as a measure of how far women in general, and actress Barbara Feldon in
particular, have come: the sultry-voiced Feldon who cooed "Sic 'em,
tiger" in a Revlon ad of the '60s now sagely intones "CNN
presents" in the '90s.
There's more. In the 1965-70 TV spy spoof "Get Smart," Feldon was a skillful agent who took a back seat to her bumbling, cocky partner Maxwell Smart, played by Don Adams.
In the Fox revival of "Get Smart," debuting 7:30 p.m. ET Sunday, January 8, Feldon's Agent 99 is still married to Smart but has stepped out of his shadow as a congresswoman. But if you want examples of the frustrations yet facing women, Feldon is quick to supply them.
Although she's enjoyed success doing voice-overs for TV commercials as well as for CNN's newsmagazine, she's an exception: the vast majority of such jobs, 80 percent, go to men, Feldon says.
Despite a Screen Actors Guild study six years ago showing consumers respond equally well to an ad whether it uses a male or female voice, the advertising industry has failed to respond.
"It isn't that they think a woman's voice isn't authoritative," she said. "They know now that it is. But they don't CARE," she said, underlining the word with a frustrated sigh.
Or consider this: of the 75,000 SAG members, only 1 percent are actresses over 45, notes Feldon. Again, at 55 and gainfully employed, she is exceptional.
But then baby boomers obviously knew this, even amid the slapstick silliness of "Get Smart's" shoe phones and villains who were more twit than threat. Feldon's Agent 99 was beautiful, bright, competent - and oh that velvet voice.
Proof of her impact as a boomer icon: Feldon appeared recently on NBC's "Mad About You" as a TV actress who "Mad's" male characters drooled over as boys, and lust for yet.
Even though Maxwell and Agent 99 were almost cartoonish, Feldon says, 99 was "a whole person. Although in many shows she just kind of stood around, there was a bigger impression created on the screen about her than was actually on the page."
In the TV world of the time, still stocked with super-moms Donna Reed and Harriet Nelson and Barbara Eden's subservient genie, Feldon and her character were destined to be standouts.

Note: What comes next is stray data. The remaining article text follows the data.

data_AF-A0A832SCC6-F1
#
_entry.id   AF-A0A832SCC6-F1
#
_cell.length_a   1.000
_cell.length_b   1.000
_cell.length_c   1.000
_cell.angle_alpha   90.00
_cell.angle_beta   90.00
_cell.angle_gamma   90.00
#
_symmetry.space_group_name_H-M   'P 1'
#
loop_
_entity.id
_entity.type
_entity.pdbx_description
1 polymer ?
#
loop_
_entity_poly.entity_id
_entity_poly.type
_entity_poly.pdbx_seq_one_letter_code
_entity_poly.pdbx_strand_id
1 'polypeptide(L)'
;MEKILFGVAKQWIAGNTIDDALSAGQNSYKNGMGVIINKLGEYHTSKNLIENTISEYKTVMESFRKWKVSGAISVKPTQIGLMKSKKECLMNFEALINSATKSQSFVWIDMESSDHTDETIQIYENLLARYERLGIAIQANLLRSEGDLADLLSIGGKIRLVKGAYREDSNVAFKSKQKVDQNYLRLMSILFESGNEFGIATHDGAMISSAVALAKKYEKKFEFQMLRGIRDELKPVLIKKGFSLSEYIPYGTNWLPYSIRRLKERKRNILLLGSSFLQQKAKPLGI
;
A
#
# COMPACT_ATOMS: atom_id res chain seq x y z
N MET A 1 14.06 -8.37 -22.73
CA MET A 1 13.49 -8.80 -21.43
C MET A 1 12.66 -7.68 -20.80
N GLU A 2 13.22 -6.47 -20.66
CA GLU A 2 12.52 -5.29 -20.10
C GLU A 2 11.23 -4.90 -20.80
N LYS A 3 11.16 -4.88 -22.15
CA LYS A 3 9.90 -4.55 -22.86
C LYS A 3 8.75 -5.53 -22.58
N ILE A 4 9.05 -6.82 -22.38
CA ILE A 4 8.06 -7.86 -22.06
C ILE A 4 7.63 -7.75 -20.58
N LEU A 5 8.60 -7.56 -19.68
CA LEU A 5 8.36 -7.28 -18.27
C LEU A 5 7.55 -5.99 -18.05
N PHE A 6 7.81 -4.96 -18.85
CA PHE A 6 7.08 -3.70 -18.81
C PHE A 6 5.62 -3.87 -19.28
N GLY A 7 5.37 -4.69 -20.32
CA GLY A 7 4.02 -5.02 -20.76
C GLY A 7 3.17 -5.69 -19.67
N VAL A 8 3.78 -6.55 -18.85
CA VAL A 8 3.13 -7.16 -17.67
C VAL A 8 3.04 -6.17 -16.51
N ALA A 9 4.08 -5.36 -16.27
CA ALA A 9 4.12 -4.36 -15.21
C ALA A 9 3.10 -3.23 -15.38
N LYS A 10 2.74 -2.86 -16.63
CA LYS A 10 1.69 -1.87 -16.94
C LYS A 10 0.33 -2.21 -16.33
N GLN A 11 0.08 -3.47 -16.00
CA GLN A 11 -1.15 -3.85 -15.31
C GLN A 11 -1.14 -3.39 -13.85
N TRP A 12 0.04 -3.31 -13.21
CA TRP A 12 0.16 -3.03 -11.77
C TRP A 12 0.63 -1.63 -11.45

Feldon herself got a traditional upbringing in Pittsburgh, Pa., where "the sense of your role growing up was 'You get married, stand behind the man and support him."'
She skipped out to New York, however, where she landed a chorus girl job at the famed Copacabana night club. There were some acting roles and even an appearance on the TV quiz show "The $ 64,000 Question" after a Copa publicity stunt: Feldon scored highest when the chorines took IQ tests.
Her knowledge of Shakespeare won her the top quiz show prize - and it was legit, she noted, not fixed - but her acting career was stalled. Then a friendship with a runway model led her into the fashion world and jobs in Rome and Paris.
"It was absolutely extraordinary and I never wanted to act again," Feldon said.
Despite her resolve, Feldon's agent lured her into an audition for a TV show, "East Side-West Side," and that led to the role on "Get Smart."
Nearly 30 years later, she's delighted to be back with the series. Maxwell is now head of the CONTROL spy agency and his and 99's son, Zachary (Andy Dick), works for dad. Elaine Hendrix costars as Agent 66.
"When they asked me, I couldn't not do it. I love working with Don so much and I did want to be part of the show," Feldon said. "The scripts are wonderful, the two kids (Dick and Hendrix) are adorable, so I'm really pleased about it."
Pleased, as well, that the producers organized filming to allow Feldon to remain a New York resident. She is scheduled to appear in just over half the episodes, and flies to Los Angeles to film several at a time.
That allows her to pursue another, treasured project, a one-woman show opening in New York in February. "Love for Better and Worse" includes songs, personal stories and poetry about romance, Feldon said.
She's also able to continue her involvement with such groups as Girls Inc., which helps inner-city girls escape poverty, and simply to enjoy "the access to surprises" that New York guarantees.
"There's a momentum in the city of people doing things, not staying home," she says.
Sic 'em, Ms. Feldon.
Thanks to Ryan Schroer for transposing this one :-)